In Kenya, the majority of annual rabies-related deaths occur where vaccination programs are limited or non-existent, and where low income communities reside. The Laikipia Rabies Vaccination Campaign (LRVC) begun in 2015 by the Mpala Research Centre in order to provide real-time health benefits for these vulnerable communities, as well as domestic animals and wildlife. Last year’s campaign saw over 4, 000 dogs vaccinated as a result of support from various partners that included Bruce Ludwig, Laikipia Wildlife Forum, the County Government of Laikipia, and Ol Pejeta Conservancy among others.

In Laikipia, we know that there are significant numbers of undocumented rabies cases in domestic animals, wildlife and humans annually. When faced with such statistics we must ask ourselves – can the strategy of making Laikipia Kenya’s first rabies free county really work? The answer is a resounding YES, but only if Laikipians as well as County Government can work together to eradicate this deadly virus.

If we take informed steps, we can significantly minimise exposure to rabies and accomplish Kenya’s 2030 vision of being an entirely rabies free nation. We will however not be able to reach this goal without your help.
The 2017 LRVC plans to widen its scope and reach out to more people.

The campaign will take place over the weekends in October and into November, if necessary. Our goal is to vaccinate over 5,000 dogs and cats during this period. The campaign will target approximately 20 communities bordering Mpala Research Centre as well as Ol Jogi, Segera, Ol Pejeta, Loisaba, Ol Lentille, Karisia/Tumaren, Naibunga, Lewa and Borana Conservancies.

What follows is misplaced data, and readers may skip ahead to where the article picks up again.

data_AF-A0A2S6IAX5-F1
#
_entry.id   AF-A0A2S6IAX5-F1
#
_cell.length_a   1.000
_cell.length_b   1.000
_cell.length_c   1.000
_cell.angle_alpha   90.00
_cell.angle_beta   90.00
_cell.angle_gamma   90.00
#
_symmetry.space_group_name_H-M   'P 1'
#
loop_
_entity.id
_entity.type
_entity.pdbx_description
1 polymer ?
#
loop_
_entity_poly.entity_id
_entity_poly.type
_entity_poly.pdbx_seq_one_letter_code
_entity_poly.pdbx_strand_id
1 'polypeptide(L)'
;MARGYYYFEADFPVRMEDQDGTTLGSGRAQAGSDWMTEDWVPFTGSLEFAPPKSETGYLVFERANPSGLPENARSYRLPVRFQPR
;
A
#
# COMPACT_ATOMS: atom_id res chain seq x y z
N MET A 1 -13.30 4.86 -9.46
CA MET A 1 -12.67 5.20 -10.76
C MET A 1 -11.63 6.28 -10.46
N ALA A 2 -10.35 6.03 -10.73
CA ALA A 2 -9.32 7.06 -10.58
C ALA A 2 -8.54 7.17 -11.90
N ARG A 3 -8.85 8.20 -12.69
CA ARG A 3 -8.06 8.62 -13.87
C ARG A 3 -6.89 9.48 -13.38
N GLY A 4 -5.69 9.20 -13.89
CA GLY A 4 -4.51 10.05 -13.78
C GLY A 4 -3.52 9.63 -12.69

How You Can Help
Your support is crucial to our efforts. The number of students, vets and community members who are always willing to volunteer is always encouraging but we do need more financial support.
The 2017 LRVC, which now includes Distemper, is predicted to cost approximately Ksh 2M (USD $20, 000). With this money we will be able to cover the costs of:

  • Over 5000 Rabies and Distemper vaccines
  • Transport, accommodation and meals for all LRVC staff and volunteers during the campaign
  • Production of rabies civic education material

LWF and Mpala Research Centre will give a full transparent account of how all monies donated will be utilised, as well as a final report after completion of the campaign.

To donate please use the following:


  1. Select the MPESA service On Your Phone
  2. Select Lipa Na MPESA
  3. Select Pay Bill
  4. Enter Business Number: 991503
  5. When asked for Account Name: Please Type In Your Full Name
  6. Donate

For bank transfers, please use:
Bank: Stanbic Bank
Account Number: 0100004071926
Swift Code:
Account Name: Laikipia Wildlife Forum

For more information, please contact John Gitonga on
Laikipia Wildlife Forum will be working with the LRVC, led by Mpala Research Centre, and will keep you up to date on this very important initiative.

Rabies is an almost invariably fatal disease for both humans and animals. Vaccination of domestic animals is a critical step that we should all participate in for the protection of domestic animals, our already fragile wildlife population and most importantly, public health.

Together, we can eradicate rabies in Laikipia!